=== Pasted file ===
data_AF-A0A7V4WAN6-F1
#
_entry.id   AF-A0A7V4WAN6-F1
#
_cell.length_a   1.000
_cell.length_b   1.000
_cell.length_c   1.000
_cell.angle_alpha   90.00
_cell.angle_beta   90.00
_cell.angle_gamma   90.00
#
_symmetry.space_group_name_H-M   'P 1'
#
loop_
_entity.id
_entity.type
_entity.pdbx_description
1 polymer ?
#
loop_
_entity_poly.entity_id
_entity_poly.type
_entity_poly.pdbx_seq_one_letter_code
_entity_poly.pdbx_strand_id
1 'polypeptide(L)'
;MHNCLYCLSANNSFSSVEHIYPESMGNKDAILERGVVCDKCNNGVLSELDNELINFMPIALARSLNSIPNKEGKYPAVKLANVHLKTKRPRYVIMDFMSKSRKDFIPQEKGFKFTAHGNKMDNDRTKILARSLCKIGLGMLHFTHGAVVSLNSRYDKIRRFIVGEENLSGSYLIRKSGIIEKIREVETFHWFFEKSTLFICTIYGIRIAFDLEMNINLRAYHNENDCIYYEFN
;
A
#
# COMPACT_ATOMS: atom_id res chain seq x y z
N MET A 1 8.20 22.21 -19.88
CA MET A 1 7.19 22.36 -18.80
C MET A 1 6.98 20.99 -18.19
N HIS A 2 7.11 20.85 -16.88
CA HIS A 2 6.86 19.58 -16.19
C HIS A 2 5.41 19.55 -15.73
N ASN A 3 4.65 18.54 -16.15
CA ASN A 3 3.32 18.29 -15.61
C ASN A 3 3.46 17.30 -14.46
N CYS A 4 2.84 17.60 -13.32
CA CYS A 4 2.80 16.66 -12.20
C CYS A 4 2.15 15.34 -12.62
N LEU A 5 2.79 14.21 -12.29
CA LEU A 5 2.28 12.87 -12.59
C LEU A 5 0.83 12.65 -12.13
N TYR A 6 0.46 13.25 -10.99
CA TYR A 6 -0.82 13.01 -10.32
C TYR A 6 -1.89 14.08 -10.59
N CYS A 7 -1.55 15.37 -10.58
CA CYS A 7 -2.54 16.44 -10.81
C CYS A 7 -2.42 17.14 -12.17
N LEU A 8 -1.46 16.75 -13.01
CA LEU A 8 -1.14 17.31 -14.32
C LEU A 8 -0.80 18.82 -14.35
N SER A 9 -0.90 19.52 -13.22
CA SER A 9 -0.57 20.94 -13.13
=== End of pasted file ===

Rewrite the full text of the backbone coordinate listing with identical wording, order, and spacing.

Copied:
data_AF-A0A7V4WAN6-F1
#
_entry.id   AF-A0A7V4WAN6-F1
#
_cell.length_a   1.000
_cell.length_b   1.000
_cell.length_c   1.000
_cell.angle_alpha   90.00
_cell.angle_beta   90.00
_cell.angle_gamma   90.00
#
_symmetry.space_group_name_H-M   'P 1'
#
loop_
_entity.id
_entity.type
_entity.pdbx_description
1 polymer ?
#
loop_
_entity_poly.entity_id
_entity_poly.type
_entity_poly.pdbx_seq_one_letter_code
_entity_poly.pdbx_strand_id
1 'polypeptide(L)'
;MHNCLYCLSANNSFSSVEHIYPESMGNKDAILERGVVCDKCNNGVLSELDNELINFMPIALARSLNSIPNKEGKYPAVKLANVHLKTKRPRYVIMDFMSKSRKDFIPQEKGFKFTAHGNKMDNDRTKILARSLCKIGLGMLHFTHGAVVSLNSRYDKIRRFIVGEENLSGSYLIRKSGIIEKIREVETFHWFFEKSTLFICTIYGIRIAFDLEMNINLRAYHNENDCIYYEFN
;
A
#
# COMPACT_ATOMS: atom_id res chain seq x y z
N MET A 1 8.20 22.21 -19.88
CA MET A 1 7.19 22.36 -18.80
C MET A 1 6.98 20.99 -18.19
N HIS A 2 7.11 20.85 -16.88
CA HIS A 2 6.86 19.58 -16.19
C HIS A 2 5.41 19.55 -15.73
N ASN A 3 4.65 18.54 -16.15
CA ASN A 3 3.32 18.29 -15.61
C ASN A 3 3.46 17.30 -14.46
N CYS A 4 2.84 17.60 -13.32
CA CYS A 4 2.80 16.66 -12.20
C CYS A 4 2.15 15.34 -12.62
N LEU A 5 2.79 14.21 -12.29
CA LEU A 5 2.28 12.87 -12.59
C LEU A 5 0.83 12.65 -12.13
N TYR A 6 0.46 13.25 -10.99
CA TYR A 6 -0.82 13.01 -10.32
C TYR A 6 -1.89 14.08 -10.59
N CYS A 7 -1.55 15.37 -10.58
CA CYS A 7 -2.54 16.44 -10.81
C CYS A 7 -2.42 17.14 -12.17
N LEU A 8 -1.46 16.75 -13.01
CA LEU A 8 -1.14 17.31 -14.32
C LEU A 8 -0.80 18.82 -14.35
N SER A 9 -0.90 19.52 -13.22
CA SER A 9 -0.57 20.94 -13.13